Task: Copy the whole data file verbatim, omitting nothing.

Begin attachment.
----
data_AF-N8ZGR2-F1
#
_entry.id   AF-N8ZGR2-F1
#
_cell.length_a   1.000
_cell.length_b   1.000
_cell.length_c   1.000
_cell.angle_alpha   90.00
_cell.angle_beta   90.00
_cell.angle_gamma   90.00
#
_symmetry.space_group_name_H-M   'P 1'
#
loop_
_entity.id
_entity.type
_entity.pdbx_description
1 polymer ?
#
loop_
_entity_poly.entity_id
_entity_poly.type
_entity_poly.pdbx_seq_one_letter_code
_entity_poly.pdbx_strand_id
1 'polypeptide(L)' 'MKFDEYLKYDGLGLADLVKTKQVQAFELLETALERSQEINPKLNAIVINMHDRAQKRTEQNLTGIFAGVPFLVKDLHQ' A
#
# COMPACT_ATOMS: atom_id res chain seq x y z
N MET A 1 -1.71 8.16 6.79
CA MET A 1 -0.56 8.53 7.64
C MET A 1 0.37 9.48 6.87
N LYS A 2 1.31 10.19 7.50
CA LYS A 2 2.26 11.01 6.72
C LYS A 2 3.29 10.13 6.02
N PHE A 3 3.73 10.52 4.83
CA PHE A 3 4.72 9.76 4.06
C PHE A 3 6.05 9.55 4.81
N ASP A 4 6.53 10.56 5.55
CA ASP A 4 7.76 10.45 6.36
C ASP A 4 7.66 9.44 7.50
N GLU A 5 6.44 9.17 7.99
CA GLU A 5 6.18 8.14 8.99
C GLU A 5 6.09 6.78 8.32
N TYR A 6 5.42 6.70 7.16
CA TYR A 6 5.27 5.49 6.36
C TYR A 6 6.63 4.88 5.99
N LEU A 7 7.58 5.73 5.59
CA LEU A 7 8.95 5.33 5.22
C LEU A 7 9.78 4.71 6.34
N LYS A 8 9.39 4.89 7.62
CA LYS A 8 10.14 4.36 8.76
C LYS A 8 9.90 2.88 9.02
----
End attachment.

data_AF-N8ZGR2-F1
#
_entry.id   AF-N8ZGR2-F1
#
_cell.length_a   1.000
_cell.length_b   1.000
_cell.length_c   1.000
_cell.angle_alpha   90.00
_cell.angle_beta   90.00
_cell.angle_gamma   90.00
#
_symmetry.space_group_name_H-M   'P 1'
#
loop_
_entity.id
_entity.type
_entity.pdbx_description
1 polymer ?
#
loop_
_entity_poly.entity_id
_entity_poly.type
_entity_poly.pdbx_seq_one_letter_code
_entity_poly.pdbx_strand_id
1 'polypeptide(L)' 'MKFDEYLKYDGLGLADLVKTKQVQAFELLETALERSQEINPKLNAIVINMHDRAQKRTEQNLTGIFAGVPFLVKDLHQ' A
#
# COMPACT_ATOMS: atom_id res chain seq x y z
N MET A 1 -1.71 8.16 6.79
CA MET A 1 -0.56 8.53 7.64
C MET A 1 0.37 9.48 6.87
N LYS A 2 1.31 10.19 7.50
CA LYS A 2 2.26 11.01 6.72
C LYS A 2 3.29 10.13 6.02
N PHE A 3 3.73 10.52 4.83
CA PHE A 3 4.72 9.76 4.06
C PHE A 3 6.05 9.55 4.81
N ASP A 4 6.53 10.56 5.55
CA ASP A 4 7.76 10.45 6.36
C ASP A 4 7.66 9.44 7.50
N GLU A 5 6.44 9.17 7.99
CA GLU A 5 6.18 8.14 8.99
C GLU A 5 6.09 6.78 8.32
N TYR A 6 5.42 6.70 7.16
CA TYR A 6 5.27 5.49 6.36
C TYR A 6 6.63 4.88 5.99
N LEU A 7 7.58 5.73 5.59
CA LEU A 7 8.95 5.33 5.22
C LEU A 7 9.78 4.71 6.34
N LYS A 8 9.39 4.89 7.62
CA LYS A 8 10.14 4.36 8.76
C LYS A 8 9.90 2.88 9.02